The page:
Sunday Observer Online


Sunday, 28 September 2008





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Earth's edible fish face extinction

A US scientist predicts that continued over-fishing would lead to the extinction of the Earth's edible (could be eaten) species of fish and affect other levels of the food chain.

However, Jeremy Jackson, a senior scientist at the Smithsonian Tropical Research Institute and the Scripps Institution of Oceanography, says just the enforcement of fishery regulations would not help prevent such extinctions.

Jackson says certain steps, if taken immediately, might reverse the demise of the Earth's ocean species. Those measures include establishing marine reserves, eliminating subsidies for fertiliser use and limiting fossil fuel consumption.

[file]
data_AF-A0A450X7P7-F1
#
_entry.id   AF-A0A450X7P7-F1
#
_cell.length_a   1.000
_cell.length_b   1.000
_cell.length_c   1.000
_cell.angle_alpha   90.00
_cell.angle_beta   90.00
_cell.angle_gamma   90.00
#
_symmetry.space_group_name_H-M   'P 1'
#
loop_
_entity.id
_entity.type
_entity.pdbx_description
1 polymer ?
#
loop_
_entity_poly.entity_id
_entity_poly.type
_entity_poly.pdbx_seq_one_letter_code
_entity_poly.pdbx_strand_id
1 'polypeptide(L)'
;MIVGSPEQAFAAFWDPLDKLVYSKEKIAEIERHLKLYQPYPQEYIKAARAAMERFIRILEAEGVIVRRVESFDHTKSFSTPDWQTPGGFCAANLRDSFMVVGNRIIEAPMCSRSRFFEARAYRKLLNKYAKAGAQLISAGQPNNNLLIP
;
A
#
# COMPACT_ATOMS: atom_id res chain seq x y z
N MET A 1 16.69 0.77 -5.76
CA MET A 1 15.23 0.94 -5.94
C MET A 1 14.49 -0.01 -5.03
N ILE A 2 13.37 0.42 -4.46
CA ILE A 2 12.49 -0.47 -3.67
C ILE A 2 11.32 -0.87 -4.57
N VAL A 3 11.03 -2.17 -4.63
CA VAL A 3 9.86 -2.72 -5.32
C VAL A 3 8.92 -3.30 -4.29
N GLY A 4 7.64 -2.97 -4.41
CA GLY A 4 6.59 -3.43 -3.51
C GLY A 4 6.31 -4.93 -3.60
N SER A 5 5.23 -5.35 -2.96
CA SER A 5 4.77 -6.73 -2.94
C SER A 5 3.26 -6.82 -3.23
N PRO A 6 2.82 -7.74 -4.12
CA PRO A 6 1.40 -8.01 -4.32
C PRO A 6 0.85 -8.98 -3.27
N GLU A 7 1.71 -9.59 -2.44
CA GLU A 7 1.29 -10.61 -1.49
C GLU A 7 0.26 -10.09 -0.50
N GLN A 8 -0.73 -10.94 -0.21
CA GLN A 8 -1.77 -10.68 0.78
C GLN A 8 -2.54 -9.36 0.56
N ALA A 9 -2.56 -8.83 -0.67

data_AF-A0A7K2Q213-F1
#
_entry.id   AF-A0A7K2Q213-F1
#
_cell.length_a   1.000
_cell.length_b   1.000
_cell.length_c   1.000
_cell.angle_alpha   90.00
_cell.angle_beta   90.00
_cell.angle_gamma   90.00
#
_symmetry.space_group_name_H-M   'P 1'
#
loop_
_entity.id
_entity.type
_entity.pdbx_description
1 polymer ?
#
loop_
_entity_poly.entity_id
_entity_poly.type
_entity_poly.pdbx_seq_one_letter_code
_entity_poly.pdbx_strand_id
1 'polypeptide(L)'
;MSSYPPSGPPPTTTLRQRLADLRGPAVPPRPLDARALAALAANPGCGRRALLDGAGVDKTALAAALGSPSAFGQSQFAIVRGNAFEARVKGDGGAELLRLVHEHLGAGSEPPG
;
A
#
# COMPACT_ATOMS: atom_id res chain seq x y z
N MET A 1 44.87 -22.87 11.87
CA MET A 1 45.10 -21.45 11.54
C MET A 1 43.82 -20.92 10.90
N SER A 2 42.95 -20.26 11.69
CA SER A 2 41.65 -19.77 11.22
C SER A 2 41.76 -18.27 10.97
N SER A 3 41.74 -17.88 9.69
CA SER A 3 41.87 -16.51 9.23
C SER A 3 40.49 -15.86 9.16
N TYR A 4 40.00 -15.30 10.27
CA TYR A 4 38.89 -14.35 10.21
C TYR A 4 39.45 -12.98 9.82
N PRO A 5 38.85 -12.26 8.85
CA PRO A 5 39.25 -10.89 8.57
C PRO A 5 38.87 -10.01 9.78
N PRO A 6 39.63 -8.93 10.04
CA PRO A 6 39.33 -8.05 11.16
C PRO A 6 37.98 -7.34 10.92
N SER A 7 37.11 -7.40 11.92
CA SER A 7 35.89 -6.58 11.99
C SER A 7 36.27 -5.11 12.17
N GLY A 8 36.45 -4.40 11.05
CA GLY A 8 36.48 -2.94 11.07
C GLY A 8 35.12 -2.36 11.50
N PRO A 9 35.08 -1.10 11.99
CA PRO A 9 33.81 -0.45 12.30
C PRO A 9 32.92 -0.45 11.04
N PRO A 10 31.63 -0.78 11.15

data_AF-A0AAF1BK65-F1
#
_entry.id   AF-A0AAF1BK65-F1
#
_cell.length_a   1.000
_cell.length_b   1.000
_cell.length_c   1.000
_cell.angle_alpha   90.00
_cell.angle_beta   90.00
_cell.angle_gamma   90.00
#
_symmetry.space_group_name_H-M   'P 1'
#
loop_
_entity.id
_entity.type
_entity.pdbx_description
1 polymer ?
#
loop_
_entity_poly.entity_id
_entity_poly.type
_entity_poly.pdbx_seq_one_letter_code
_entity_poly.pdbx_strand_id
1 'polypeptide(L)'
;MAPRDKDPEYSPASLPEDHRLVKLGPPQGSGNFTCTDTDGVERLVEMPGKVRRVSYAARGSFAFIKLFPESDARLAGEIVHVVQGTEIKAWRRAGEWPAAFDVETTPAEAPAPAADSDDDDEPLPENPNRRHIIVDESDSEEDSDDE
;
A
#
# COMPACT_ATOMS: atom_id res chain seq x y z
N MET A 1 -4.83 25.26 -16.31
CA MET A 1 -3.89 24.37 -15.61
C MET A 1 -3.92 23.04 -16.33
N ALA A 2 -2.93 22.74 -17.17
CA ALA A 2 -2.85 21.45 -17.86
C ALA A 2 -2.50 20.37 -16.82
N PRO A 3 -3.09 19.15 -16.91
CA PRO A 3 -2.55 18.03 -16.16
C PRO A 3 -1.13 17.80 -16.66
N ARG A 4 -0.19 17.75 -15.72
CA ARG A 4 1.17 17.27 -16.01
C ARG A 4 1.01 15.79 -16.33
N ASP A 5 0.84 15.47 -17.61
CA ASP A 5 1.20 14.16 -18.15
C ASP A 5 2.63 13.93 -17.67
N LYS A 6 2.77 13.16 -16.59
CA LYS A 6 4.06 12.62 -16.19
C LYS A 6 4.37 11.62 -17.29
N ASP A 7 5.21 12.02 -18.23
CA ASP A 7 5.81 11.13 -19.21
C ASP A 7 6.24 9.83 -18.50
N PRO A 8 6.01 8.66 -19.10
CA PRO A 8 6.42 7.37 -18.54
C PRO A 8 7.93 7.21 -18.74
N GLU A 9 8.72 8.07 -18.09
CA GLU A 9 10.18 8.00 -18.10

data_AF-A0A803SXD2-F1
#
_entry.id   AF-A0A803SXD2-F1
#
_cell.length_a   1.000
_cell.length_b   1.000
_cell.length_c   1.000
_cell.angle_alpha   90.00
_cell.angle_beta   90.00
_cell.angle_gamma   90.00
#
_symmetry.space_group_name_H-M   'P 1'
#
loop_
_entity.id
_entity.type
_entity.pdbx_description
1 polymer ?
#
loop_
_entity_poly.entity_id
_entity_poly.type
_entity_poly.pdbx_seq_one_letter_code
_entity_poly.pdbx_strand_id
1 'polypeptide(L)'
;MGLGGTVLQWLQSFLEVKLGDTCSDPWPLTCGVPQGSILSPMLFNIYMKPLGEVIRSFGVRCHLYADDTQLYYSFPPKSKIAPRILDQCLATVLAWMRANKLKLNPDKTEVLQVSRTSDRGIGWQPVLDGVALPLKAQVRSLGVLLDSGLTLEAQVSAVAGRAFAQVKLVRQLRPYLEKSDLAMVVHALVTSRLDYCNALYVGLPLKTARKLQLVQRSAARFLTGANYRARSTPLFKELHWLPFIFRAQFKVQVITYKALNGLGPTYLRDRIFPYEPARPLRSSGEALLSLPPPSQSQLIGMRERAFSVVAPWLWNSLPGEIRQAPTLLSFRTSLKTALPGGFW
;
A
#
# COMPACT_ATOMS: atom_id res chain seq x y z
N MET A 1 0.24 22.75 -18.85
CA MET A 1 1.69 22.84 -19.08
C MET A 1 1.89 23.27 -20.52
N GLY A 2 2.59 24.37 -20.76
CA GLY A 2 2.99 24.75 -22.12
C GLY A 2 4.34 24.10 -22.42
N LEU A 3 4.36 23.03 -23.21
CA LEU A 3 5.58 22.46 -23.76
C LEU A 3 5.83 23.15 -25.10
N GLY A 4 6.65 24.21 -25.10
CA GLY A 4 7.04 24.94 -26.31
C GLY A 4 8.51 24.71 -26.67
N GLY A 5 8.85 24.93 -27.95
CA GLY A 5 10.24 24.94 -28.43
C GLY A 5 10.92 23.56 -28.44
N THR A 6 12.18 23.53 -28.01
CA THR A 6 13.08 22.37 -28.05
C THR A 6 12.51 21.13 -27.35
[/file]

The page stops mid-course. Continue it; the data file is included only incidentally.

In addition to the extinction of edible fish species, he said without the immediate implementation of ocean-protection measures, larger dead zones and toxic algal blooms may form along the coastal zones of all of the world's continents, increasing disease outbreaks and inhibiting vertical mixing of ocean waters.

"Some may say that it is irresponsible to make such predictions pending further detailed study to be sure of every point," said Jackson. "However, we will never be certain about every detail, and it would be irresponsible to remain silent in the face of what we already know."

The study appears in the early online edition of the Proceedings of the National Academy of Sciences.



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